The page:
Sunday, March 28, 2010


by W. H. Pugmire

I walked across the Garrison Street bridge, stopping midpoint so as to watch the play of moonlight on the Miskatonic that flowed below me. I listened to the river water call with liquid voice, as if trying to coax me over the railing and into her depths; but I resisted temptation, for I had other abysses in which to plunge. Continuing my walk across the river bridge, to Water Street, I approached the antique house that was my destination. I contemplated the woman I had arranged to meet -- and possibly to paint. I knew that she was incredibly old, and that she lived in the darkened edifice, never shewing herself except in deepest night. A line from Ovid came to me: "Blemishes are hid by night and every fault forgiven; darkness makes any woman fair." Yet Delia Eliot was not any woman -- nor was she young and fair. No one knows how old she was in 1925, when Richard Upton Pickman painted her; and his canvases were certainly no indication, for in some of them she looked very young, little more than a teenager, while in others she was depicted as quite mature, a spinster in some shadowed room, seated at a spinning wheel.

Miss Eliot had earned a slight reputation as an underground bohemian poet, but I knew of her from my obsession with the Boston painter and his work. He was reputed to have completed thirteen canvases of her shortly before his mysterious disappearance. Using my criminal influence, I had obtained a small painting -- one of a series -- in which she was shown as an adolescent surrounded by dog-faced ghouls, with whom she was depicted as feeding. Pickman titled the work "The Lesson IV." I had no idea that this bewitching woman yet lived -- until I saw a recent painting of her at an exhibition in Salem. The artist assured me that, although incredibly aged, Delia Eliot was very much alive and dwelling in her mansion by the river in Arkham. It was her prejudice never to be photographed, and thus all images of her were aesthetic recreations. I remember how queer I felt as I gazed at that image of an elderly woman at her spinning wheel; although incredibly ancient, her face was recognizable as the visage that had apparently haunted Richard Pickman. She haunted me, now, and thus I arranged my meeting, after a few months of sporadic correspondence. Although my artistic talents are limited, I worked with a friend on a charcoal sketch of Richard Pickman, inspired by the one photo of him that I had been able to locate from a police report concerning his disappearance. She claimed to have been delighted with it and suggested that I come to visit her in the old house she had inherited in Arkham. And thus I found myself facing that magnificent old habitation in autumn moonlight. My knock at the door was answered by a fey man of indeterminate age who looked like Aubrey Beardsley dressed in formal attire and holding a taper. Softly, he spoke my name, and I nodded in acknowledgment; he then stepped aside and allowed me to enter the dark domain. The flickering candles, held in antique bronze sconces fastened to the yellow walls, threw dancing shadows on the servant's face, highlighting his gauntness -- the somber eyes and tapered ears. Curling his thin lips, he motioned for me to follow him through a hallway and into a room with walls of paneled oak.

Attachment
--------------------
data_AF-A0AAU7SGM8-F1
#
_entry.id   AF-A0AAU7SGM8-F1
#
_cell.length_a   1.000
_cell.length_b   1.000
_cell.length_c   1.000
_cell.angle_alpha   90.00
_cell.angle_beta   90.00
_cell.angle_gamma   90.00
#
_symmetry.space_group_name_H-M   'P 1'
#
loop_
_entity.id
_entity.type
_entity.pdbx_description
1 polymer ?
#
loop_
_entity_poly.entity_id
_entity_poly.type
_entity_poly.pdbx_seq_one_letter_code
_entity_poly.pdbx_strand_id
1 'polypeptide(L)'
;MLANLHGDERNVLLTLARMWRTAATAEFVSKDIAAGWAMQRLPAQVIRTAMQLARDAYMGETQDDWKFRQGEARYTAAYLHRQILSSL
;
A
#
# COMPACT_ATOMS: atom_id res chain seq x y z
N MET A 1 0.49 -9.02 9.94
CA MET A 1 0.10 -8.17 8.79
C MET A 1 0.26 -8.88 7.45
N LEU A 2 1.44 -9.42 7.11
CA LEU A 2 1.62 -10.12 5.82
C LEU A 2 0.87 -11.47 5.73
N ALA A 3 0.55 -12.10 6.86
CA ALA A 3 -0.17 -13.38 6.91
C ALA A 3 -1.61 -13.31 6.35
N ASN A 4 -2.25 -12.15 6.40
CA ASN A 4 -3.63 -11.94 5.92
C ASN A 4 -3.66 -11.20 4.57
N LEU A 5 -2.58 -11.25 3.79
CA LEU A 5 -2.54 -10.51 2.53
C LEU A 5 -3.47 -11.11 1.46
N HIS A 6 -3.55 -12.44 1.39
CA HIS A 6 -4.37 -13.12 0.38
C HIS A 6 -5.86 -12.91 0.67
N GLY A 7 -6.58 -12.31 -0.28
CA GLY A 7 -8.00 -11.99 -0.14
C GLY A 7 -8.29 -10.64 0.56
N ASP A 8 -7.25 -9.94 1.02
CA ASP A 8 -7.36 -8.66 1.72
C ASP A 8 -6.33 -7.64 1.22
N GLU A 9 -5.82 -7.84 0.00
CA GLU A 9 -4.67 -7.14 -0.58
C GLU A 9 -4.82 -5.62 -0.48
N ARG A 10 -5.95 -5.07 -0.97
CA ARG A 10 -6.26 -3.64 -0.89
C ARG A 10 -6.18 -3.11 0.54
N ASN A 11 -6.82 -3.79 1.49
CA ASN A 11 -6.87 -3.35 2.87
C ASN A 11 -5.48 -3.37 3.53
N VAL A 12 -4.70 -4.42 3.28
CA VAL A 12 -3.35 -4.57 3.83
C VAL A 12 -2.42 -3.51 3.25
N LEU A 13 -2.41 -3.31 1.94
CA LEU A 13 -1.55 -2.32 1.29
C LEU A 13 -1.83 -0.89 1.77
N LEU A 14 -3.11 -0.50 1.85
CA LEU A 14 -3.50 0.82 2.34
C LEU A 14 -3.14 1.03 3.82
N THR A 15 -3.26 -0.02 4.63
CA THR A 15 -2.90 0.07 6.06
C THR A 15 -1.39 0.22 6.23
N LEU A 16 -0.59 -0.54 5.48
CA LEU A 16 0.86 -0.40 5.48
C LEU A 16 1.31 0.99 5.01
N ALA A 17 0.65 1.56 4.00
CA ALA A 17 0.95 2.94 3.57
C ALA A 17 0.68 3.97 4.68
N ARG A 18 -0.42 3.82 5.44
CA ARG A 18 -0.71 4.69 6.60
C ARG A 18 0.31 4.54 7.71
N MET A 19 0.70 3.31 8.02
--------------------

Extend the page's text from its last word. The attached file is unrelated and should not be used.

She sat on a cushioned chair of red fabric, dressed in flowing black. I had expected her to be old, but the sight of her withered face with its high forehead and pale eyes shocked me. Her long white hair was covered by a black and silver lace mimkhatah that gave her a kind of frail beauty -- yet it was a morbid beauty, for her skin was so thin that one could easily discern the skull beneath the face. She smiled and motioned me to a chair, then nodded at the servant, who departed.

* * * * * * * * *

I need to stop as I'm expected a visit from my buddies, the Mormon missionaries. I will conclude this portion from Uncommon Places tonight. I am presenting here because, suddenly, to-day, I have decided that the only way to completely satisfy my obsession with H. P. Lovecraft's "Pickman's Model" is to write a wee novel inspir'd by HPL's story. I want it to be rather strange and rather sexy -- in a ghoulish way. I shall probably incorporate my invention of Delia Eliot into the thing. Yes, I know, I've said before, "Gonna write me a novel," & it never happens. But this, somehow, feels different. I've been wanting to write a wee weird novel for a publisher who likes sexy stuff, and I think I can be rather risque with this. It will be set in the 1920s, a real challenge, and it can concern itself with the poetry of that age, another of my obsessions. We shall see.

At any rate, my work on my other tale, "To Se Beyond" (a sequel to Bob Bloch's "The Cheaters") goes very well. I read a really piss-poor rough draft of Part II of that tale on YouTube, probably a mistake because my roughs are always very rough indeed -- but listening to that reading shew'd me errors and their resolutions. The polish of it I am now working on is quite satisfying.
So -- the work flows, & that is the best feeling in the world. More tonight, my darlings.

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